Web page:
Billy Bragg is on track for a very different North East gig

Billy Bragg and Joe Henry play at Whitley Bay Playhoue on 25 January.
Billy Bragg and Joe Henry play at Whitley Bay Playhoue on 25 January.

Protest singer Billy Bragg is taking a different track for his latest live shows.

Instead of espousing change through his music, he has teamed up with US singer-songwriter Joe Henry to celebrate the great American railroad tradition.

In September they released the album Shine A Light, a collection of railroad-based songs recorded during a 65-hour journey from Chicago to Los Angeles.

Now they are to play it live, along with some classic cuts from their respective back catalogues, at a sold-out Whitley Bay Playhouse on Wednesday, 25 January.

Bragg and Henry recorded the album during a 2,728-mile journey which began at Union Station in Chicago in March last year.

They set up their recording equipment, and performed classic railroad songs in waiting rooms and at the trackside in St Louis, Fort Worth, San Antonio, Alpine TX, El Paso and Tucson, before jumping back on board just before the train left for the next town.

Bragg said: "Railroad songs provided the bedrock of American popular music, from Jimmie Rodgers, the Singing Brakeman, to Lead Belly, whose repertoire provided several of the songs for this project.

"In this country, Lonnie Donegan’s 1956 hit Rock Island Line sparked the skiffle craze, inspiring a generation of British teens to pick up guitars and form the groups that invaded America in the '60s, from the Beatles to Led Zeppelin.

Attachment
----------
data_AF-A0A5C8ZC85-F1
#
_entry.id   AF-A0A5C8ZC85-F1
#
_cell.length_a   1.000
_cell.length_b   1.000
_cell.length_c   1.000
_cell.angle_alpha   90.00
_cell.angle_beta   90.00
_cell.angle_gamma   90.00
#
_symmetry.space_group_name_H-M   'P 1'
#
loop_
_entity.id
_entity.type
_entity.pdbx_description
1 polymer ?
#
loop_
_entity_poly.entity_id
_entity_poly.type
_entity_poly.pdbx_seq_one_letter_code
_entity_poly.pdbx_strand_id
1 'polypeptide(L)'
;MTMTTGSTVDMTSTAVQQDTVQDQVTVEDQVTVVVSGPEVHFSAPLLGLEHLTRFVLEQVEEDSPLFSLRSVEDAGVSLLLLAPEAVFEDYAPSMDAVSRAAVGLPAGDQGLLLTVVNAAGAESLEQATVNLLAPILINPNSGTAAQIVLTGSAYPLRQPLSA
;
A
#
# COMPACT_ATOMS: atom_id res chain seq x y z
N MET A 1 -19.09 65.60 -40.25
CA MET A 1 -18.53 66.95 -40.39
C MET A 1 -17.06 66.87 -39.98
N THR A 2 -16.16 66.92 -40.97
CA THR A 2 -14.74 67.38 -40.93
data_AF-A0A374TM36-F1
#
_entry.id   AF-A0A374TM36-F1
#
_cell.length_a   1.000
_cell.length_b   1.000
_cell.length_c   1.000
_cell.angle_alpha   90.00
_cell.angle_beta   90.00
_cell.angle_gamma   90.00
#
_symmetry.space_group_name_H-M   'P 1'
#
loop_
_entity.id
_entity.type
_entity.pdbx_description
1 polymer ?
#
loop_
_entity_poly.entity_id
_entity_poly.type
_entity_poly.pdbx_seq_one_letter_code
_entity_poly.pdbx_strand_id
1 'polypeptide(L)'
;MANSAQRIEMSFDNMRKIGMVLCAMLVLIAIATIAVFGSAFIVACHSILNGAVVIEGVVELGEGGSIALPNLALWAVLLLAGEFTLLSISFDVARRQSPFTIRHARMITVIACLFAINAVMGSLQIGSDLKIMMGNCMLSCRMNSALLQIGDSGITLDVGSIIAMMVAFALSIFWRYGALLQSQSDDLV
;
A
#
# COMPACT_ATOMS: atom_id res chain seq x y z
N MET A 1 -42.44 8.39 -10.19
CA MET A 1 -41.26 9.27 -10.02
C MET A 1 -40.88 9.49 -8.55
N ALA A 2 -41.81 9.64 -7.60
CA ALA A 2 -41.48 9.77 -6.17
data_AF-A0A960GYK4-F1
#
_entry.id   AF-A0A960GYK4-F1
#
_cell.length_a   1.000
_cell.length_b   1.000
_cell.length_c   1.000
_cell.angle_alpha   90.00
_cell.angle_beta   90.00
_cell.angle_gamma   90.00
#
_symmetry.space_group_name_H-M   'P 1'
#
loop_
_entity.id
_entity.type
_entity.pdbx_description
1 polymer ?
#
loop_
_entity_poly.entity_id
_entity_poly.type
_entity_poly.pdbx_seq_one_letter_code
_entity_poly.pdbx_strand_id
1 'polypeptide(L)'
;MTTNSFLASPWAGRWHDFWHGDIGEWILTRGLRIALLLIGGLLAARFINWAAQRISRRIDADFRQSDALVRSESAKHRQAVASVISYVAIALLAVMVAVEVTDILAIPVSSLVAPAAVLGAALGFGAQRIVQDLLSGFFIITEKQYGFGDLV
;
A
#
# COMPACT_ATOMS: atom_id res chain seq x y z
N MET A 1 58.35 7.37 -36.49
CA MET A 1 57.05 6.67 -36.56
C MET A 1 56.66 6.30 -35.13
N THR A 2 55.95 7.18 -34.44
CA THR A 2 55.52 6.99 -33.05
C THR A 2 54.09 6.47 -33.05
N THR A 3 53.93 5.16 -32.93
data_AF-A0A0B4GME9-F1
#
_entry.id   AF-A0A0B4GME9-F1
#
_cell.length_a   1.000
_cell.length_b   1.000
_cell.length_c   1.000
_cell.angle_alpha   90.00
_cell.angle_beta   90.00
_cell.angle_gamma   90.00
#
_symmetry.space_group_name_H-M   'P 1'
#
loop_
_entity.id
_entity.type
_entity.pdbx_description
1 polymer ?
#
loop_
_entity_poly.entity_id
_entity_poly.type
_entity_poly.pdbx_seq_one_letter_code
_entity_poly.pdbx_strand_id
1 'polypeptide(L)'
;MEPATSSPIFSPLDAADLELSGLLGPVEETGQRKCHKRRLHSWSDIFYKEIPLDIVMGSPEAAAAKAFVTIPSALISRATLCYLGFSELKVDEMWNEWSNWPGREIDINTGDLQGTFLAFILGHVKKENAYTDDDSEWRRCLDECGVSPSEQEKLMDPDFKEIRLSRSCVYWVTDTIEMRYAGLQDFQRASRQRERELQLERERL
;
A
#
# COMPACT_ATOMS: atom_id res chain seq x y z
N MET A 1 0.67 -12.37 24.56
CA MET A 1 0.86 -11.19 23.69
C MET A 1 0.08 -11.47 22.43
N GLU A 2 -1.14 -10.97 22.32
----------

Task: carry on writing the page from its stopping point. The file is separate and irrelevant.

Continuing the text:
"With this project, we wanted to explore the transformative power that the coming of the railroad had on the lives of ordinary people, by taking these songs back to the places that inspired their creation.

"Travelling on the train and recording the songs as we went allowed us to both visit places that were important 125 years ago when the lines were laid, but to also explore the viability of the railroad as a means of transport in the 21st century."

Henry added: "The emergence of the railroad in America boasted of our might and sprawling enormity, yet signalled a deep desire for close community, connectivity. The songs that grew out of and alongside this innovation remain to tell this story of collective national character."

Billy Bragg has been a recording artist and peerless political campaigner for more than 30 years.

Henry is a well-respected singer-songwriter in his own right, as well as making records for Bonnie Raitt, Hugh Laurie, Lisa Hannigan, Elvis Costello and Solomon Burke, among others.